Security scores are used by cyber insurance underwriters to evaluate a company’s potential risk, by companies to evaluate the cyber-risk posture of third-party vendors and partners, and by senior executives to explain a company’s cyber risk to its board of directors with an easy-to-understand rating. “The third-party risk management is the one we see growing the most rapidly,” says Jeffrey Wheatman, research director, security and privacy, at Gartner. “We think that at some point in the near term, a cybersecurity score will be as important as a credit score when organizations look to sign up for a partnership.”
DeepMind is a subsidiary of Google that focuses on AI. More specifically, it uses a branch of AI called machine learning, which can include approaches like deep neural networks and reinforcement learning to make predictions. This can rely on massive data sets, sometimes manual data labeling—but sometimes not. Many other AI programs like IBM's DeepBlue, which defeated Garry Kasparov in chess in 1997, have used explicit, rule-based systems that rely on programmers to write the code. However, machine learning enables computers to teach themselves and set their own rules, through which they make predictions. In March 2016, DeepMind's AlphaGo program beat world champion Lee Sedol in 4 out of 5 games of Go, a complex board game—a huge victory in AI that came much earlier than many experts believed possible.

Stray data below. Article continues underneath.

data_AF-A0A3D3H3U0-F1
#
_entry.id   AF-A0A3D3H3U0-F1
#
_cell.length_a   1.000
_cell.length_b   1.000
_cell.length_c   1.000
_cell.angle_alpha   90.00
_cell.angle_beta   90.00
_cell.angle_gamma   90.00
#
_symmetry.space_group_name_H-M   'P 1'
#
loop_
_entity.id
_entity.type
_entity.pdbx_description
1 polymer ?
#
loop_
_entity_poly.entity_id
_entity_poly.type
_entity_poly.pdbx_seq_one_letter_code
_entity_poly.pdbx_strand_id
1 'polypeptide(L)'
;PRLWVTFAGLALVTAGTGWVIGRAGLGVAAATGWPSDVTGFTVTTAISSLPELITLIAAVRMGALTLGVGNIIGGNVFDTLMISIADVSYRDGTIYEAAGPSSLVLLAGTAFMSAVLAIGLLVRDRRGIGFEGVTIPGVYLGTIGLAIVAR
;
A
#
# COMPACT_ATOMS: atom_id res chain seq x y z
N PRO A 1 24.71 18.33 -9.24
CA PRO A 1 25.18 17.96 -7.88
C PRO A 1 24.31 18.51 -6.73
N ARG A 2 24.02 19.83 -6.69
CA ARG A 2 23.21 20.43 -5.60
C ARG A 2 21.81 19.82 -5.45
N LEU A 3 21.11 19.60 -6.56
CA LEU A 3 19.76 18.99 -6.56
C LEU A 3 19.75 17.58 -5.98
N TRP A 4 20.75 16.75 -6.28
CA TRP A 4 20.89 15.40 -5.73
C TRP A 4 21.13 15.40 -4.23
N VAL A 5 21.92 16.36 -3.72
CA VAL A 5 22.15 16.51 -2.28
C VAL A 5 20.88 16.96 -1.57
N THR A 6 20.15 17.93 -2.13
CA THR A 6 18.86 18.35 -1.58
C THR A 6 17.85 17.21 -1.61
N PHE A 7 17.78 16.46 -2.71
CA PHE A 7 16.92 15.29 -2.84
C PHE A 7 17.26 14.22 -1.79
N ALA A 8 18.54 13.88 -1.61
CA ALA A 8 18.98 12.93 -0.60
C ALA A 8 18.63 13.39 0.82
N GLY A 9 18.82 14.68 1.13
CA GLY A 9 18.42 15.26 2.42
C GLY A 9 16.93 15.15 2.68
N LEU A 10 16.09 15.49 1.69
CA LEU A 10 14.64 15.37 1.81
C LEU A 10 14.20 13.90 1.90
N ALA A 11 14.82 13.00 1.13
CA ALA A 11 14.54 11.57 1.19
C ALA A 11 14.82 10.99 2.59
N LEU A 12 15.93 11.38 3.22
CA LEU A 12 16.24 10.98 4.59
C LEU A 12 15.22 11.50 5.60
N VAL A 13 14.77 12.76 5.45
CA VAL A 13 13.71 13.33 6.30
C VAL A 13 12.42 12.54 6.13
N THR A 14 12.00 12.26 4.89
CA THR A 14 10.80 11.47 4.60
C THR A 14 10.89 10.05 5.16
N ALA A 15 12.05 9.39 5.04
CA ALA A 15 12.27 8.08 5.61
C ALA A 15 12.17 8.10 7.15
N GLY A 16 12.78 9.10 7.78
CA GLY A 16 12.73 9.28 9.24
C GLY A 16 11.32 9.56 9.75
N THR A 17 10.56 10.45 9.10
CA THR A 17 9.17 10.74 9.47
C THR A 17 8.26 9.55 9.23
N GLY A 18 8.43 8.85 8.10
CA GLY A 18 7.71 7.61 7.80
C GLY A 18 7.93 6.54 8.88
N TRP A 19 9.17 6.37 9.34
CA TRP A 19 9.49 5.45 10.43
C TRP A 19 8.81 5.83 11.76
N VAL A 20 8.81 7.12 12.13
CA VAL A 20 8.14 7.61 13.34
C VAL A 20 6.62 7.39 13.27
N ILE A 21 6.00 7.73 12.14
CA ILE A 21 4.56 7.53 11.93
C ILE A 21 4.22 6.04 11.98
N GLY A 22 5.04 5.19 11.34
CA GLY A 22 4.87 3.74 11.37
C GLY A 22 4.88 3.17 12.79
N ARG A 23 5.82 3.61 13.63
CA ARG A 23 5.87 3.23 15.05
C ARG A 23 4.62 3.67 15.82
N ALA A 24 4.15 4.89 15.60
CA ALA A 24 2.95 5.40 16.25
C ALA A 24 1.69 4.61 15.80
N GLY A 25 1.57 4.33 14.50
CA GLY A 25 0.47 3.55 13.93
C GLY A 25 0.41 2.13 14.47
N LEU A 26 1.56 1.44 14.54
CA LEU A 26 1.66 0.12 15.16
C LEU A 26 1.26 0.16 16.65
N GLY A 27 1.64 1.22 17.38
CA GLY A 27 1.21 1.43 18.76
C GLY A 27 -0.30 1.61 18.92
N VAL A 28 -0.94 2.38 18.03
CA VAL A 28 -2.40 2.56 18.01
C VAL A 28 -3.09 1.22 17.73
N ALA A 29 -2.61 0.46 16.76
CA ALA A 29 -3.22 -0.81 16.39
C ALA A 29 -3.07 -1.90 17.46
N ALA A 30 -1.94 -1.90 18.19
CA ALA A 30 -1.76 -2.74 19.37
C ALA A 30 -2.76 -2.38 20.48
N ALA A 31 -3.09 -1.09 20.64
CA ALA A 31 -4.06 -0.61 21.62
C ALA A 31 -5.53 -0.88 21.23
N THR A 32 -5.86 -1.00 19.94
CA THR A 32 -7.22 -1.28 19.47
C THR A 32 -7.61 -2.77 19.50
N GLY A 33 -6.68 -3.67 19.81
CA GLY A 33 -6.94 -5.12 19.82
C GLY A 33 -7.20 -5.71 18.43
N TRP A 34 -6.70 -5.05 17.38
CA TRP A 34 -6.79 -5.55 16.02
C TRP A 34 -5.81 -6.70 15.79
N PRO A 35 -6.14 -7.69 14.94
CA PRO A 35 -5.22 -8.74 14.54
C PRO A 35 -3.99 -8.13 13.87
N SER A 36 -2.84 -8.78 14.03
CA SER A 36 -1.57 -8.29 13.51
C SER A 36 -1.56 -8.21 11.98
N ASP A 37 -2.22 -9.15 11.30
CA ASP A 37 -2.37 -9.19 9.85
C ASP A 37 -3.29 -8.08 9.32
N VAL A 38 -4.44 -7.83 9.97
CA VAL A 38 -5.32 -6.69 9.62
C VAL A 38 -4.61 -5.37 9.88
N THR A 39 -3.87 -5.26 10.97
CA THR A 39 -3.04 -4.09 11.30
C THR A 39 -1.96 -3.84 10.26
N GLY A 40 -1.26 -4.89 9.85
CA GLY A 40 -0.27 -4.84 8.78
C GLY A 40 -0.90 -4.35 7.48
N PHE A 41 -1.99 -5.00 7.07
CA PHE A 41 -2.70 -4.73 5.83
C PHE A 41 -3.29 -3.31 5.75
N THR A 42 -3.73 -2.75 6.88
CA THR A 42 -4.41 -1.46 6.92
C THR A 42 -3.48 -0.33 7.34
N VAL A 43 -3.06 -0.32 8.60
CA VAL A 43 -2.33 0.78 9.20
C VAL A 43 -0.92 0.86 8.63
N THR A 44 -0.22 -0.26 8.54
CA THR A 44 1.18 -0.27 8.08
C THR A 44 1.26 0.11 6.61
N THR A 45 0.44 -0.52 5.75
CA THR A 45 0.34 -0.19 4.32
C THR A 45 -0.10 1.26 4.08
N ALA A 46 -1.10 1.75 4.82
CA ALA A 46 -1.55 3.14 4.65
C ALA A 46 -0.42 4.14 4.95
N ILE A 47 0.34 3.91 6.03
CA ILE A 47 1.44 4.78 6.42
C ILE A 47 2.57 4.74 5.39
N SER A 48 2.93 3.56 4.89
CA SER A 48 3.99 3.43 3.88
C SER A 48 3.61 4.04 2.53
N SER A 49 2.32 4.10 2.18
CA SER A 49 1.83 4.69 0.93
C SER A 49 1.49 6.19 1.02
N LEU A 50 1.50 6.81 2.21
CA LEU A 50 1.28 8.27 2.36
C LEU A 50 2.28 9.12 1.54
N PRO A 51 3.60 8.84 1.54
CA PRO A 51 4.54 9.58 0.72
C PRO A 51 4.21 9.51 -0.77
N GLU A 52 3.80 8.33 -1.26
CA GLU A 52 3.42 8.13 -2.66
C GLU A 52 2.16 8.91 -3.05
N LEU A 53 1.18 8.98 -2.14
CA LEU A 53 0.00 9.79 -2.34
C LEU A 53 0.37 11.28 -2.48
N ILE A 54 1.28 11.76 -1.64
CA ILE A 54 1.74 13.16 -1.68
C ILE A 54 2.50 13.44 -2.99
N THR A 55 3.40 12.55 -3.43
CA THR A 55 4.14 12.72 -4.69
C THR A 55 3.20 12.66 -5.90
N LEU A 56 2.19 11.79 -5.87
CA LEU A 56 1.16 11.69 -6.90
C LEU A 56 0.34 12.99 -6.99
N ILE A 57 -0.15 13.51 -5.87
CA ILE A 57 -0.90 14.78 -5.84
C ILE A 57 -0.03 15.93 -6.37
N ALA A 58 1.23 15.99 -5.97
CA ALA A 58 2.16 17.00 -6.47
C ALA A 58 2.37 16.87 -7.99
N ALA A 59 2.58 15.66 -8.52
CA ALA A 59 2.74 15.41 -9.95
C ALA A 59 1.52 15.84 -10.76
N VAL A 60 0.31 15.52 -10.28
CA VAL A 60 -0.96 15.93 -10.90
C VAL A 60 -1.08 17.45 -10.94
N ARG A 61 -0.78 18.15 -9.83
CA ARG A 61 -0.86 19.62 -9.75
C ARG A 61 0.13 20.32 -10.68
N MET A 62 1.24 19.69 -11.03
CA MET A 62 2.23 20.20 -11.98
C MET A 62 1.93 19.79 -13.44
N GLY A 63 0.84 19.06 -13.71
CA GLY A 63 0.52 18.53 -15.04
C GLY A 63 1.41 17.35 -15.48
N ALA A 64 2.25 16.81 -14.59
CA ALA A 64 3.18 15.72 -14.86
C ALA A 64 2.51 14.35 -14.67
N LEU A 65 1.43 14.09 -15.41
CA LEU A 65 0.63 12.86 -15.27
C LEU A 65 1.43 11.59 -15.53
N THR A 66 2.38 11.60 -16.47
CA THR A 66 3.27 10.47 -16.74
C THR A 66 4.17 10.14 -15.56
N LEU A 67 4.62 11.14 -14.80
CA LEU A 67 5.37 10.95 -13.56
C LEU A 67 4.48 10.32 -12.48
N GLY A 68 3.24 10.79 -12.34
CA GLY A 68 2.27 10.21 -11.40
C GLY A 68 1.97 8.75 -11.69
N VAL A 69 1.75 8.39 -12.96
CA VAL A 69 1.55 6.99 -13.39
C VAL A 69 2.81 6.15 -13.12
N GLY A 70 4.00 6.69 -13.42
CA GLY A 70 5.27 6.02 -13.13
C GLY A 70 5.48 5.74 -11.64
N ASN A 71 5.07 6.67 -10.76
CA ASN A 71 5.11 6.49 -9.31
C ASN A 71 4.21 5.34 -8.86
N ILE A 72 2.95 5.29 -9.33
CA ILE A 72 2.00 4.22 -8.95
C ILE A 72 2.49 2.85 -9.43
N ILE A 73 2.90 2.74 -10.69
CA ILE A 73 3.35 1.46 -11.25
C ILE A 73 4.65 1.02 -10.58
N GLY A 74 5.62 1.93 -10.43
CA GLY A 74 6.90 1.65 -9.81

“In addition to having updated systems, it’s also beneficial to monitor what is going on within a system,” Fisher said. “Whether it be looking for suspicious emails or suspicious activity, you then need to be able to quickly respond to or isolate that activity. Even if you can’t prevent an attack, at least if you can limit the extent of it, or the length of time in which it can occur, you can begin to mitigate those potential damages or potential harm that’s coming out of it.” If there has been a successful attack, entities need to try and lock down the system as quickly as possible to stop further spread of harm. Furthermore, as required under HIPAA regulations, a good disaster recovery plan and comprehensive data backup should also be the top of an organization’s security priorities.